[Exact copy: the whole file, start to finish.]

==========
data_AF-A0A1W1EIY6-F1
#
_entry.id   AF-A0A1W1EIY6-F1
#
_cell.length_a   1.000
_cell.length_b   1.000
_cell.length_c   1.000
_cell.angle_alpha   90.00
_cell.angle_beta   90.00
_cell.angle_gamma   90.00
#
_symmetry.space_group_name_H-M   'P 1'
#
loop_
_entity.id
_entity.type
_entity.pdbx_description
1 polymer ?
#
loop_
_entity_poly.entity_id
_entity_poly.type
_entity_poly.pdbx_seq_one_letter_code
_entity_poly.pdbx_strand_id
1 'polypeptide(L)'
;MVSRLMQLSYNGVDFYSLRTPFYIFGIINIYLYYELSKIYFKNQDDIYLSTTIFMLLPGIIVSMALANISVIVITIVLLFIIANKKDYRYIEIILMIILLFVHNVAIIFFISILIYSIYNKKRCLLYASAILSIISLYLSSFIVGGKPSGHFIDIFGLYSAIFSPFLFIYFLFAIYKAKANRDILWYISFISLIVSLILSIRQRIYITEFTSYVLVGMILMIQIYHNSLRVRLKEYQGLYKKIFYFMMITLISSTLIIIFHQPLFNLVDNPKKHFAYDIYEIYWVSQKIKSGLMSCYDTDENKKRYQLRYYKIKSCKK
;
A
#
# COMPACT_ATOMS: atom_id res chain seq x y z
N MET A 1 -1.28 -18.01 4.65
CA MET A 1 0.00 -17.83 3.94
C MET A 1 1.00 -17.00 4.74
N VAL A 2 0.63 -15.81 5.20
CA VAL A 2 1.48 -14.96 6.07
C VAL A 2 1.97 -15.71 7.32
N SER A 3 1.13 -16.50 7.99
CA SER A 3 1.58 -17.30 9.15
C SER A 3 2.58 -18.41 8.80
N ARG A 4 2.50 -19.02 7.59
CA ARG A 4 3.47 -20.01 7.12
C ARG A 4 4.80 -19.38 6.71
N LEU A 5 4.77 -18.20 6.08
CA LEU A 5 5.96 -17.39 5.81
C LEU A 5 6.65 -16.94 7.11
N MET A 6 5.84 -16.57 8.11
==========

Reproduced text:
data_AF-A0A1W1EIY6-F1
#
_entry.id   AF-A0A1W1EIY6-F1
#
_cell.length_a   1.000
_cell.length_b   1.000
_cell.length_c   1.000
_cell.angle_alpha   90.00
_cell.angle_beta   90.00
_cell.angle_gamma   90.00
#
_symmetry.space_group_name_H-M   'P 1'
#
loop_
_entity.id
_entity.type
_entity.pdbx_description
1 polymer ?
#
loop_
_entity_poly.entity_id
_entity_poly.type
_entity_poly.pdbx_seq_one_letter_code
_entity_poly.pdbx_strand_id
1 'polypeptide(L)'
;MVSRLMQLSYNGVDFYSLRTPFYIFGIINIYLYYELSKIYFKNQDDIYLSTTIFMLLPGIIVSMALANISVIVITIVLLFIIANKKDYRYIEIILMIILLFVHNVAIIFFISILIYSIYNKKRCLLYASAILSIISLYLSSFIVGGKPSGHFIDIFGLYSAIFSPFLFIYFLFAIYKAKANRDILWYISFISLIVSLILSIRQRIYITEFTSYVLVGMILMIQIYHNSLRVRLKEYQGLYKKIFYFMMITLISSTLIIIFHQPLFNLVDNPKKHFAYDIYEIYWVSQKIKSGLMSCYDTDENKKRYQLRYYKIKSCKK
;
A
#
# COMPACT_ATOMS: atom_id res chain seq x y z
N MET A 1 -1.28 -18.01 4.65
CA MET A 1 0.00 -17.83 3.94
C MET A 1 1.00 -17.00 4.74
N VAL A 2 0.63 -15.81 5.20
CA VAL A 2 1.48 -14.96 6.07
C VAL A 2 1.97 -15.71 7.32
N SER A 3 1.13 -16.50 7.99
CA SER A 3 1.58 -17.30 9.15
C SER A 3 2.58 -18.41 8.80
N ARG A 4 2.50 -19.02 7.59
CA ARG A 4 3.47 -20.01 7.12
C ARG A 4 4.80 -19.38 6.71
N LEU A 5 4.77 -18.20 6.08
CA LEU A 5 5.96 -17.39 5.81
C LEU A 5 6.65 -16.94 7.11
N MET A 6 5.84 -16.57 8.11